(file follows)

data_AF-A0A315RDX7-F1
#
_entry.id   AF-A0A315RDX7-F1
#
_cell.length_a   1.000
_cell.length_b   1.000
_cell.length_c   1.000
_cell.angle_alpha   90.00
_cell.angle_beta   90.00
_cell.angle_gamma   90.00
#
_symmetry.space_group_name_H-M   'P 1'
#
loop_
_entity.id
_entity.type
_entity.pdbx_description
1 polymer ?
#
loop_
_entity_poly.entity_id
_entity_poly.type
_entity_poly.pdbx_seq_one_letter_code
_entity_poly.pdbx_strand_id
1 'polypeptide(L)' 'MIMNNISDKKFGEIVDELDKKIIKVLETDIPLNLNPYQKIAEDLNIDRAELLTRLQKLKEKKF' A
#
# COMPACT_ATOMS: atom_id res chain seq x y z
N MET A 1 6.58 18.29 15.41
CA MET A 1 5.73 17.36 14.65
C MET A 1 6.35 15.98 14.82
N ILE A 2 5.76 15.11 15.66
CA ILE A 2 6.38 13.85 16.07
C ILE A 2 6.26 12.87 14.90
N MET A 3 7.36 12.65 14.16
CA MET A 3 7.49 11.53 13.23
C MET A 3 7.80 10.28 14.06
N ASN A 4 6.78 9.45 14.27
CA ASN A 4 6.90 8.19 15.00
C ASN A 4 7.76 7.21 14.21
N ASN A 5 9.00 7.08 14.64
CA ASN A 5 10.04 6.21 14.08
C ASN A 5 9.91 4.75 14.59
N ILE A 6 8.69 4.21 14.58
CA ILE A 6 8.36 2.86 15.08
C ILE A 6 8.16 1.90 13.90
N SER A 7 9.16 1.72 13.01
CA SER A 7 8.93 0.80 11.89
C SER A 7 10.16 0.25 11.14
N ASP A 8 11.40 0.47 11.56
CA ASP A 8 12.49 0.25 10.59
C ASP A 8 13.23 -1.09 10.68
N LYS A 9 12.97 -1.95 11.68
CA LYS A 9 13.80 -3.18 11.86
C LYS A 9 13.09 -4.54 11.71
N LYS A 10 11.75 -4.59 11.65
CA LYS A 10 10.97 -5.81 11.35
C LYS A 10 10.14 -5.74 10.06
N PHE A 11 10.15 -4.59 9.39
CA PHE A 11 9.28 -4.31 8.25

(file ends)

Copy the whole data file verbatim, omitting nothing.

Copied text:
data_AF-A0A315RDX7-F1
#
_entry.id   AF-A0A315RDX7-F1
#
_cell.length_a   1.000
_cell.length_b   1.000
_cell.length_c   1.000
_cell.angle_alpha   90.00
_cell.angle_beta   90.00
_cell.angle_gamma   90.00
#
_symmetry.space_group_name_H-M   'P 1'
#
loop_
_entity.id
_entity.type
_entity.pdbx_description
1 polymer ?
#
loop_
_entity_poly.entity_id
_entity_poly.type
_entity_poly.pdbx_seq_one_letter_code
_entity_poly.pdbx_strand_id
1 'polypeptide(L)' 'MIMNNISDKKFGEIVDELDKKIIKVLETDIPLNLNPYQKIAEDLNIDRAELLTRLQKLKEKKF' A
#
# COMPACT_ATOMS: atom_id res chain seq x y z
N MET A 1 6.58 18.29 15.41
CA MET A 1 5.73 17.36 14.65
C MET A 1 6.35 15.98 14.82
N ILE A 2 5.76 15.11 15.66
CA ILE A 2 6.38 13.85 16.07
C ILE A 2 6.26 12.87 14.90
N MET A 3 7.36 12.65 14.16
CA MET A 3 7.49 11.53 13.23
C MET A 3 7.80 10.28 14.06
N ASN A 4 6.78 9.45 14.27
CA ASN A 4 6.90 8.19 15.00
C ASN A 4 7.76 7.21 14.21
N ASN A 5 9.00 7.08 14.64
CA ASN A 5 10.04 6.21 14.08
C ASN A 5 9.91 4.75 14.59
N ILE A 6 8.69 4.21 14.58
CA ILE A 6 8.36 2.86 15.08
C ILE A 6 8.16 1.90 13.90
N SER A 7 9.16 1.72 13.01
CA SER A 7 8.93 0.80 11.89
C SER A 7 10.16 0.25 11.14
N ASP A 8 11.40 0.47 11.56
CA ASP A 8 12.49 0.25 10.59
C ASP A 8 13.23 -1.09 10.68
N LYS A 9 12.97 -1.95 11.68
CA LYS A 9 13.80 -3.18 11.86
C LYS A 9 13.09 -4.54 11.71
N LYS A 10 11.75 -4.59 11.65
CA LYS A 10 10.97 -5.81 11.35
C LYS A 10 10.14 -5.74 10.06
N PHE A 11 10.15 -4.59 9.39
CA PHE A 11 9.28 -4.31 8.25